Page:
Global surface temperatures in 1999 fell back from the record
setting high level of 1998, which was the warmest year in the period
of instrumental data, report researchers at the NASA Goddard Institute
for Space Studies who analyze data collected from several thousand
meteorological stations around the world. But 1999 was still one
of the warmest years of the century, as shown in Figure 1.
Although global temperature fluctuates considerably from year to year due to chaotic variability of the atmosphere and ocean, there has been a long-term global warming trend underway since the early 1960s, as illustrated in Figure 1. The 1999 data are consistent with a continuation of that warming trend, with 1999 being approximately the sixth warmest year in the record. The ranking of years is approximate because of incomplete global coverage of measurement stations and small errors in the measurements.
Most parts of the world were warmer than normal, i.e., warmer
than the 30-year period 1951-1980, as illustrated in Figure 2.
It was particularly warm across most of North America (except the
West Coast) and most of Eurasia. However, the tropical Pacific
Ocean was cool due to a strong La Niña. During a La Niña the
near equatorial region is cooled by upwelling of cool water from
the deep ocean.
|Figure 1: (a) Near-global annual-mean surface air temperature change, based on meteorological station network, (b) global land-ocean surface temperature index, which combines sea surface temperature measurements for ocean areas with surface air temperature measurements at meteorological stations. (Click on any figure for a larger version.)|
||Figure 2: Surface temperature anomaly for the 1999 calendar year derived from measurements at several thousand meteorological stations and satellite measurements of the ocean surface. (Hansen et al., 1999; Reynolds and Smith, 1994)|
The temperature in the United States was also warm, about 0.7°C above the 1951-1980 average (Figure 3). 1999 was approximately the 10th warmest year of the century. The warmest years in the United States occurred during the dust bowl era, with 1934 being the warmest year.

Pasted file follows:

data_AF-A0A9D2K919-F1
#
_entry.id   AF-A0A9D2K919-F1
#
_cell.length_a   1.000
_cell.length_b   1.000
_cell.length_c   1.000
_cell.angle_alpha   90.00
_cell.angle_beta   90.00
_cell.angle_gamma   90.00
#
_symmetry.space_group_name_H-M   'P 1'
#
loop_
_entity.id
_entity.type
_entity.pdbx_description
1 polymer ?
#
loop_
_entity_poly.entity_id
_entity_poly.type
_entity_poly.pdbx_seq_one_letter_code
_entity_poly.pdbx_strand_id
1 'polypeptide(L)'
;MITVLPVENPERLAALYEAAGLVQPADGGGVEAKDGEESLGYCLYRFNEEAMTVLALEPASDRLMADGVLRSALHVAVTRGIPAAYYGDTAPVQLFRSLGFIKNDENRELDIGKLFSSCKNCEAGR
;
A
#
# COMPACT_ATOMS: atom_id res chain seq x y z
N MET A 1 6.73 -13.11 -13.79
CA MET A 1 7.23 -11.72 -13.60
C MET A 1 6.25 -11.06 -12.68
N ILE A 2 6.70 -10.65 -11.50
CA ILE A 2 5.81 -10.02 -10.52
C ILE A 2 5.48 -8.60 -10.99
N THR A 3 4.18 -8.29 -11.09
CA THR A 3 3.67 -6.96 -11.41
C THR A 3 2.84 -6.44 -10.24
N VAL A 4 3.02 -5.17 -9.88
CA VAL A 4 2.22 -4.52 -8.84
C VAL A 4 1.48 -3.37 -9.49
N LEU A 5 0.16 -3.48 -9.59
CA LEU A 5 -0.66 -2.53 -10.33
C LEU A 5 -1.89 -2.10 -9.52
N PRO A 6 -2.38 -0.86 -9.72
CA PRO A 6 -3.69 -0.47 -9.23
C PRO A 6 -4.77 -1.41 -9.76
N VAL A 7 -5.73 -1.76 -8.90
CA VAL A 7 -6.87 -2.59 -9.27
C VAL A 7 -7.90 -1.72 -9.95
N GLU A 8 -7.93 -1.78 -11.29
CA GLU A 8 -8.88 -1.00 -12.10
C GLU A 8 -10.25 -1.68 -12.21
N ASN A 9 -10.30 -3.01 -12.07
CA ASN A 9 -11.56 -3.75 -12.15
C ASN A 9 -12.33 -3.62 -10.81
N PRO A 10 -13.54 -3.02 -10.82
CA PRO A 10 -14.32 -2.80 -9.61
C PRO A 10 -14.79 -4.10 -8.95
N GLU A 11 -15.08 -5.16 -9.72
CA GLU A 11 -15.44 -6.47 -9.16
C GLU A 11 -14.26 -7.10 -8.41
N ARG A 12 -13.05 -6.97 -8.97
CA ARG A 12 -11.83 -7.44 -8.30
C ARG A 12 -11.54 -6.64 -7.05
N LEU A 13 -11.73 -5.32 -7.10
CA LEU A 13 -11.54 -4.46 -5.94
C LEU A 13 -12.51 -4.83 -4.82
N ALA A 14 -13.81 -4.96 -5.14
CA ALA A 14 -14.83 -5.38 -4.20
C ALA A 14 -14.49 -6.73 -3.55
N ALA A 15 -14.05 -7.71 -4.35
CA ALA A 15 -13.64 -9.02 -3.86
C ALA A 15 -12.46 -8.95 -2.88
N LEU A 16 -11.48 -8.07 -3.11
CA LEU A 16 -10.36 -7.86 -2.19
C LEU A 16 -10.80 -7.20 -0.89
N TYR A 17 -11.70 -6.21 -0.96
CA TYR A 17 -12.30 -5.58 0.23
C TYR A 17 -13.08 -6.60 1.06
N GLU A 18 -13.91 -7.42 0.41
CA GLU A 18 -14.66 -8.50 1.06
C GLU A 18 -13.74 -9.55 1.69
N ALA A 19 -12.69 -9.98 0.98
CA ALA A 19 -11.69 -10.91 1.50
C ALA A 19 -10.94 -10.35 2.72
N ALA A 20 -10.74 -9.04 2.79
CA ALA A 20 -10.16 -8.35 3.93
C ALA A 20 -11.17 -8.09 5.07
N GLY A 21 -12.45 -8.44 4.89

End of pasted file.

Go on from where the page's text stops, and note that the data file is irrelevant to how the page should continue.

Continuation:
Our analyzed temperature, in the United States and the rest of the world, includes corrections for urban effects on the record. Nearby rural stations are used to adjust the long-term trends at urban stations, as described by Hansen et al. (1999) (see references below).
The temperature anomalies fluctuate substantially from month
to month, as illustrated for the United States in Figure 4.
|Figure 3: Temperature anomaly (deviation from the 1951-80 average) for calendar years for the contiguous United States.|
||Figure 4: Monthly temperature anomalies (relative to 1951-80 average) in the United States during 1999.|
February and November were both exceptionally warm in the United States. Averaged over the year, most of the United States was warm in 1999 (Figure 5), except the West Coast and Florida.
These maps for the United States illustrate that even with the level of warmth that occurred in the United States in 1999, the local warming trend is less than natural year-to-year fluctuations of monthly mean temperature. Thus for any given location in the United States there are generally at least a few months in the year that are cooler than normal. But the overall tendency toward warming is enough that it is beginning to effect the probability of a month or a season being warmer than normal. In our discussion of 1998 temperatures (see below) we discussed this concept that the climate "dice" are being "loaded" to a degree that is beginning to be noticeable to people.
1. Hansen, J., R. Ruedy, J. Glascoe, and M. Sato 1999. GISS analysis of surface temperature change. J. Geophys. Res. 104, 30997-31022.
2. Reynolds, R.W. and T.M. Smith 1994. Improved global sea surface temperature analyses. J. Climate 7, 929-948.
|Figure 5: Annual temperature anomaly (relative to 1951-80 average) in the United States for 1999.|